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  5. Steph - My grandmother in this post was born Dec. 31, 1899, late in the evening. The last night of the century - I know that about her also. I shoulda mentioned that in my post.

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  6. oh my. "she left her colors to my mother." that is a thought, a phrase that will stay with me i think for the rest of my life. you are on fire these days...wow.

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  7. I love this. I love pondering what we have inherited. What gifts we carry bone deep.

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  8. Kelly - you made me cry. i have no idea why - no idea. i do feel on fire, full of so much, full of less fear about what i write. it's a good thing and a scary thing. i will lose people along the way, people i love, but who will not be able to see me the same way ever again. and that is life, and that, i guess, is why i cried.

    relyn - yes. bone deep. that's perfect.

    xoxo

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  9. your writing always captivates me.

    so many time we only seem to care about the stories until it's too late for them to be told.

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  10. i think the black and white side of life is a place for remembering .. this has so much feeling in it ..your words just flow . oh to look like your grandmother , what a gift

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  11. Ahh I love those images - beautiful. I do have my grandmother's trunk and it is my coffee table. I remember climbing in it in her attic. The cedar smelled wonderful. Whenever I want to remember her I open it up and inhale.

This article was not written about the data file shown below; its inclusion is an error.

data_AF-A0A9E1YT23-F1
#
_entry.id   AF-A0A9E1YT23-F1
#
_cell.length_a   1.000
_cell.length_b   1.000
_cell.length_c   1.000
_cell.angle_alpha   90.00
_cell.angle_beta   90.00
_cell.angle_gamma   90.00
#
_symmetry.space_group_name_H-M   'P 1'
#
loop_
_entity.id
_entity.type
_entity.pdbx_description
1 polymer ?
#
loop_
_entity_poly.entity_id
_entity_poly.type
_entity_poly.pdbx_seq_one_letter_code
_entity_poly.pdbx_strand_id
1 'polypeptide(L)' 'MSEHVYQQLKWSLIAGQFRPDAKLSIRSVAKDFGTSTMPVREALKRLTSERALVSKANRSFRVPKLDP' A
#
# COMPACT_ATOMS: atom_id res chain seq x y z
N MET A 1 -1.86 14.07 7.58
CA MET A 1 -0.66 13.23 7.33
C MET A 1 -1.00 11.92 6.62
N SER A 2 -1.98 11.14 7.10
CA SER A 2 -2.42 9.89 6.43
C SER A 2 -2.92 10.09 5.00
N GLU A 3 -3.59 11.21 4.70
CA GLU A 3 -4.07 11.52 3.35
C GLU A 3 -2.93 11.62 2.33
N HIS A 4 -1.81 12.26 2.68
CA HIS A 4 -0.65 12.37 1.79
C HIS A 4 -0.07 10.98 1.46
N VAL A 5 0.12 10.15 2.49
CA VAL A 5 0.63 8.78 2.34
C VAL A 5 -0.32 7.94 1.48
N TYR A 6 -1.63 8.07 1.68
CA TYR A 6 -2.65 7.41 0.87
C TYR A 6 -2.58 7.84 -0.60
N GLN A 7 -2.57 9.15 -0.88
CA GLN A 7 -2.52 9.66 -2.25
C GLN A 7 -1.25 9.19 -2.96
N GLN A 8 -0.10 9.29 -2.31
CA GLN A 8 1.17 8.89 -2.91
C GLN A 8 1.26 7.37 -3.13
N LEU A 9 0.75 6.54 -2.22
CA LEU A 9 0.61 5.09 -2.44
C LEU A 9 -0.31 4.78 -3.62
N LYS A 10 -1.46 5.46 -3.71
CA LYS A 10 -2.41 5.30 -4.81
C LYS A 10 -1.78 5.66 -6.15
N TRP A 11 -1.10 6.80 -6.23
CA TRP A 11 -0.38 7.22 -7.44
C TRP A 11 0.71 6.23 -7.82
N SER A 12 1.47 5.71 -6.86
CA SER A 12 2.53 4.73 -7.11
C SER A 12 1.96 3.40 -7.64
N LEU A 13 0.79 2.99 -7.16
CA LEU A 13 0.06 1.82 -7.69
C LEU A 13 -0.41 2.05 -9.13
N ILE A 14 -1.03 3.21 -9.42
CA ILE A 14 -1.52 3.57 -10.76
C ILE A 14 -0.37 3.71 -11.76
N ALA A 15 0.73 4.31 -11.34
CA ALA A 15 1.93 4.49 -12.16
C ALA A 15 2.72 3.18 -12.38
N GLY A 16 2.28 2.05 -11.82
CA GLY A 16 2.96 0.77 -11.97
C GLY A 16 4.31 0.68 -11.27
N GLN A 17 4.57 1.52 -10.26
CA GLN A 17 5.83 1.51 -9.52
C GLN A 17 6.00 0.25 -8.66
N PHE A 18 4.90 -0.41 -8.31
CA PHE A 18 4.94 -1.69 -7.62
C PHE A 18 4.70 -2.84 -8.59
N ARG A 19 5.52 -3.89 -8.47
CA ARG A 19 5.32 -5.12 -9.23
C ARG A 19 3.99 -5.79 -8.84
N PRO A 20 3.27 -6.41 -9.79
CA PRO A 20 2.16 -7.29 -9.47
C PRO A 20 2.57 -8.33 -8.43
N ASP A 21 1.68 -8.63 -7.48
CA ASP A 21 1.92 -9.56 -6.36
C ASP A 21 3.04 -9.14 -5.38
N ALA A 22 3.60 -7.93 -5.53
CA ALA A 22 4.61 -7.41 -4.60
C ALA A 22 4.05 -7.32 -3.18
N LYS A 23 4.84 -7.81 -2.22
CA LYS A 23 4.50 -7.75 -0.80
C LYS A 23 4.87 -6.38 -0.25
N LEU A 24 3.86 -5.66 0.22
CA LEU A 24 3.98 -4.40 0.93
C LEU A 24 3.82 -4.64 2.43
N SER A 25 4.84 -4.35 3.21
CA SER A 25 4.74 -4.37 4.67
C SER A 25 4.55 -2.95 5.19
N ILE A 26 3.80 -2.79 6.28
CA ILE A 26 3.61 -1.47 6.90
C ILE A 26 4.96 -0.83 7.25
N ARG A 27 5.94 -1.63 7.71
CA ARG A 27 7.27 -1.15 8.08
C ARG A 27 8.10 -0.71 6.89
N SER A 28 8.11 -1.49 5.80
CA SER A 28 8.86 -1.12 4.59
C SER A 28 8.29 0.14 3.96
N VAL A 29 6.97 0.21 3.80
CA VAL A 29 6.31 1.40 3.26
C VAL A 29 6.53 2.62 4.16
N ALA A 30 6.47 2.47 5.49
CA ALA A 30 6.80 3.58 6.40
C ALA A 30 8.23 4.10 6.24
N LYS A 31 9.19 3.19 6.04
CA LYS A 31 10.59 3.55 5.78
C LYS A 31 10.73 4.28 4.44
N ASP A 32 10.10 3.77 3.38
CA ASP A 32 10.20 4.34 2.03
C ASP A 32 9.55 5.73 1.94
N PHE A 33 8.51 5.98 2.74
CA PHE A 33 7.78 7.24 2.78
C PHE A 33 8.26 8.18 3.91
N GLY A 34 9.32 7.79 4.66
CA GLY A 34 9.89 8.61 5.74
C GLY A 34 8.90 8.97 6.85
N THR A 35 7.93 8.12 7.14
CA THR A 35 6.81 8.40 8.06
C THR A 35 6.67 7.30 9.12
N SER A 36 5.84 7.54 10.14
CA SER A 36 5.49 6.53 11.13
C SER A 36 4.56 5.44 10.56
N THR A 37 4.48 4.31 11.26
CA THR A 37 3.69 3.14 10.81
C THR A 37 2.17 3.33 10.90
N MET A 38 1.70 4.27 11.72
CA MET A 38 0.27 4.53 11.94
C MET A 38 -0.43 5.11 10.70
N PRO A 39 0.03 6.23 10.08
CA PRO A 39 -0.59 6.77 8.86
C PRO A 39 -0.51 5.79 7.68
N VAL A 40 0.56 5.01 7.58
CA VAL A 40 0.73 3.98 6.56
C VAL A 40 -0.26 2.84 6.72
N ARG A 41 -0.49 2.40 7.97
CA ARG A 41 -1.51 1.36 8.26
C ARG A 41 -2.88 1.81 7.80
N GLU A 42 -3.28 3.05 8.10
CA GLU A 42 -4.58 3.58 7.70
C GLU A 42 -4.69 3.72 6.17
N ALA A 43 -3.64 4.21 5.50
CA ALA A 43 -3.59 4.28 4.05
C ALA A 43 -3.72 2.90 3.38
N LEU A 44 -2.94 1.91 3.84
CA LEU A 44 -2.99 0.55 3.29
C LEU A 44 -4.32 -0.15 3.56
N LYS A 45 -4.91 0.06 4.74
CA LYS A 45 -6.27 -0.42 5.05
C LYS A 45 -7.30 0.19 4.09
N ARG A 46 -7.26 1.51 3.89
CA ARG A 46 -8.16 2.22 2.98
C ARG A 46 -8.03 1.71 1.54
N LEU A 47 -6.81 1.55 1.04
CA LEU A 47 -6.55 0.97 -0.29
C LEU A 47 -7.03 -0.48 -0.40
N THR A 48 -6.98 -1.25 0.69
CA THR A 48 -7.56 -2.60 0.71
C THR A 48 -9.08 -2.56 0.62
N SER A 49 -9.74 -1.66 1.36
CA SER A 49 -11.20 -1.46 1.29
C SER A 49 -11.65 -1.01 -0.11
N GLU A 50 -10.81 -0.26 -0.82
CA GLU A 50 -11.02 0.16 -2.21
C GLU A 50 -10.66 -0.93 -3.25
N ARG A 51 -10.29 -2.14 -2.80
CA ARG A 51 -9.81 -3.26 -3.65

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  12. I was thinking in black and white as I read about your grandmother, then was surprised to find she left her colors to your mother. What precious memories, eventhough they are few they are precious. Isn't it interesting what we remember of our childhood and what we forget?

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  13. your writings when you were sad, lost and hurt were haunting. your writings as you begin to heal are haunting. the choice of words never fails to stir my soul. the words in sentence create pictures we can see and feel. i am so pleased life is giving you better black and white and now color.
    i am one of your biggest fans.
    in fond regard, Tilda

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  14. leslye - it's true. we always wait.

    dixie - bless you!

    elaine - it is a gift. i'd never thought of it like that. it is. (though i'd love to have a smaller nose - lol.)

    pamela - i have my other grandmother's trunk and tons of pictures and it sometimes seems unfair to have so little of this grandmother i barely knew. but what i have i treasure.

    donald - wow. thank you.

    marilyn - it's always interesting also what comes back to us, what will trigger a hidden memory. the reflection in this clock was truly like a scene from my childhood.

    tilda - i have wanted to email you many times in response to wonderful comments you leave, but can find no link to you with an email address. thank you so much for these kind words and for all the others. they've meant more than know.

    xoxo